This is really true. One of the most interesting people I know is a lifelong DC resident who grew up in Adams Morgan in the 50s and 60s. She got a job, but then around 1980 realized she had to get a REALLY GOOD JOB to stay in DC, so she did, and now she’s making “ok” money. Her brother, who she talks about all the time, rented a house in Trinidad for $400 per month and had no job at all, he just did occasional painting construction here and there to pay for rent and reportedly the landlord even let him make repairs in lieu of rent.

    Then his landlord’s son sold the house, offering it to him for $250k which the brother apparently rejected, it sold on the market for $375k. Now he’s complaining to his sister that he can’t afford DC rent, primarily because he has no job, and lives with grandpa out in Charles county. But at some point he only needed to work 4-5 days a month to make rent for his family! But the brother always had one solution to his problems- get a job or ask his wife to get a job, go to college, start a real company rather than paint someone’s house for $1000 and then loaf for 3 weeks.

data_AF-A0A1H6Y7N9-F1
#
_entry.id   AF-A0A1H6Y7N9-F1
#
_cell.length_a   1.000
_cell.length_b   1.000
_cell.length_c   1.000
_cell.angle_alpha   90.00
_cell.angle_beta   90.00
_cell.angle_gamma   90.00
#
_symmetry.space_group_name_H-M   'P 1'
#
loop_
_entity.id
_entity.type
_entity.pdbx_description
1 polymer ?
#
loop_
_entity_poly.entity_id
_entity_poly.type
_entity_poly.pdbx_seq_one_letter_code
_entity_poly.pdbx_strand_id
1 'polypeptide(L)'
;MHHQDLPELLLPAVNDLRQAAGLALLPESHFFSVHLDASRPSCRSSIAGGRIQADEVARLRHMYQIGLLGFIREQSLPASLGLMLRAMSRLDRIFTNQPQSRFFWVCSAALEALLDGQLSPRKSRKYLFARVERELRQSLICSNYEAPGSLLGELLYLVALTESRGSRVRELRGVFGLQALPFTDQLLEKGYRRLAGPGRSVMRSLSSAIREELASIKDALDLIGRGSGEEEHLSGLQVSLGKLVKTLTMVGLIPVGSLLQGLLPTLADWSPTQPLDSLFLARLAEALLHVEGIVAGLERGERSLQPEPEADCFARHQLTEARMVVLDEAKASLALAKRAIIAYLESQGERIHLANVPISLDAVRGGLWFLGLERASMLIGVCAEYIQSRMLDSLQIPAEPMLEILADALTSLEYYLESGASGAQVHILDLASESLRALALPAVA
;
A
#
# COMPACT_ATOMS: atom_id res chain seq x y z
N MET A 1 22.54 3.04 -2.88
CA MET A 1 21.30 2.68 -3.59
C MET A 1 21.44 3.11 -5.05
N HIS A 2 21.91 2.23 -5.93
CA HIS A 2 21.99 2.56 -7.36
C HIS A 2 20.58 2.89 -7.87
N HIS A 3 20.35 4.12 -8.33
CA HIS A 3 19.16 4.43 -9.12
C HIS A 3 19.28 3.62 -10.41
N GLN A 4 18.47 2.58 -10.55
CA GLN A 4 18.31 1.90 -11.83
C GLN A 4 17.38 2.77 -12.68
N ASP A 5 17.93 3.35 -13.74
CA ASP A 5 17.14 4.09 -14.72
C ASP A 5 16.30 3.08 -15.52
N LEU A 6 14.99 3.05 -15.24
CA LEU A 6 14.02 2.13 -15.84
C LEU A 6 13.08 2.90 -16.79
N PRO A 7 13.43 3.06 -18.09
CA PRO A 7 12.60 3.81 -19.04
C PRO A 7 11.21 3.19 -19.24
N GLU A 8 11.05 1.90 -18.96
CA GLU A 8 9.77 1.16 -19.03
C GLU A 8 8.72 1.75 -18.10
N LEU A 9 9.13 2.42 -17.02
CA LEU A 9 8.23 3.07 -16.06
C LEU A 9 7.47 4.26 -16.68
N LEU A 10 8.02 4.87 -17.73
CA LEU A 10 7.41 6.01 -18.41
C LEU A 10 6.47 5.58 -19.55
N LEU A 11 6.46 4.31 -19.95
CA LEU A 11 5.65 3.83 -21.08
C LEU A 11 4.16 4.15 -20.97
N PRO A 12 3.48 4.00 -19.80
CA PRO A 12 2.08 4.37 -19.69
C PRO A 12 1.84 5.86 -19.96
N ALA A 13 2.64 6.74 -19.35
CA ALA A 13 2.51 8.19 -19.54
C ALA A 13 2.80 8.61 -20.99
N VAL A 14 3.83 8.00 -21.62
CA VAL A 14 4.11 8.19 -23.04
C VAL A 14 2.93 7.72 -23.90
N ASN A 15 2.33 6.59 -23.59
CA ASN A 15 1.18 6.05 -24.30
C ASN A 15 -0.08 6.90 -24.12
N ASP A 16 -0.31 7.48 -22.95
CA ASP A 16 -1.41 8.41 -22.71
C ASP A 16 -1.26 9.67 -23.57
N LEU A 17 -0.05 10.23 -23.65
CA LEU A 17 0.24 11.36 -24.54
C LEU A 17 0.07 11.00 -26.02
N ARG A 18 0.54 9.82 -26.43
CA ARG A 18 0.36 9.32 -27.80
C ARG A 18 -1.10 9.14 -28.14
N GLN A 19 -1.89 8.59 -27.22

The solution to everyone’s rent problems is graduate school.

  • Nate

    Though I don’t always agree with your opinions, you’re kind of growing on me. I appreciate the honesty of your last post (12:50). You didn’t have to go there, but you did.

  • yeah, i think the connection is pretty obvious: corruption and gentrification are driven by $ and thus both support moneyed/affluent/(white) concerns while squelching minority voices and degrading their well-being.

  • Really Nathan?
    Now you’re that you are on probation an “attorney” who you do not name, says that “Officer Pinto”, who you have no qualms naming, brings in a lot of cases where people complain about their rights being violated. un huh right…sounds like he brings in a lot of cases…either that or someone and I am naming you has been watching episodes of The Shield…because I swear I’ve seen your “episode” before…because after your ranting it sounds more like you got in trouble, got caugt and are now looking for someone to blame, i.e an exit, so you picked the name of one of the officers there.
    FYI genius….
    “Officer Pinto” didn’t put you on probation, the Judge handling your case did.
    You sound even less credible with this slandering of an MPD Officer’s name. If I was him, and I am not, and I saw this, after you’re baseless complaint gets dropped, and it should I would sue your ass for slandering his name in general on a public forum.

    In other words EWW grow up…take it up with the judge and your defense attorney, they are the one’s who got you on probation.